Keep Your New Year's Resolutions, Lower Your Cancer Risk

From - January 4, 2018

Keep Your New Year's Resolutions, Lower Your Cancer Risk

THURSDAY, Jan. 4, 2018 -- People who stick to their New Year's resolutions to be healthier this year might not just feel better but also reduce their risk for cancer, a new study suggests.

In fact, their chances of developing cancer could drop by 33 percent, the researchers said.

"The take-home message is that healthy behaviors can have a truly tangible benefit," said study author Peter Elwood, with Cardiff University in the U.K.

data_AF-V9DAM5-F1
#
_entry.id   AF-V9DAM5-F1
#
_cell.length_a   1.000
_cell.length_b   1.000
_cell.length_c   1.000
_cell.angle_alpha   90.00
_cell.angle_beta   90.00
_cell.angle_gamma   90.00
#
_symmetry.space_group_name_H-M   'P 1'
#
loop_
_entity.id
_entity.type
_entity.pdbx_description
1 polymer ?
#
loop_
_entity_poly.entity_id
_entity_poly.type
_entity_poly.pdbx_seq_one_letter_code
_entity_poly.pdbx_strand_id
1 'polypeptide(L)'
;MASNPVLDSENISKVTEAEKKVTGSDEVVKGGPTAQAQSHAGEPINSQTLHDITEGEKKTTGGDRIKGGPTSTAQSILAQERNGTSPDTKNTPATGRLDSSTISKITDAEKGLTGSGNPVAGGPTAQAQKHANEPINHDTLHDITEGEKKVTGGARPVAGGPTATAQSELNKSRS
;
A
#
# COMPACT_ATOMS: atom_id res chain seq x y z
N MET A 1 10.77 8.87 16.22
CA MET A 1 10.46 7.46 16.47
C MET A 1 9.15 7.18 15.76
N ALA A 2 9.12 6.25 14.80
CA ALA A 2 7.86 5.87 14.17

"A healthy lifestyle has many benefits additional to cancer reduction," he said in a news release from the journal ecancermedicalscience. "It costs nothing, has no undesirable side effects -- and is better than any pill."

The researchers set out to quantify the effects of healthy behaviors, analyzing data on more than 500,000 people.

They found that not smoking, maintaining a healthy weight, getting regular exercise, following a healthy diet and limiting alcohol intake could significantly reduce the long-term risk for cancer. But the study could not prove that these behaviors caused a drop in cancer risk.

"In our study, each additional healthy behavior was associated with a reduction of about 8 percent in cancer, independent of the effects of the other behaviors," Elwood said.

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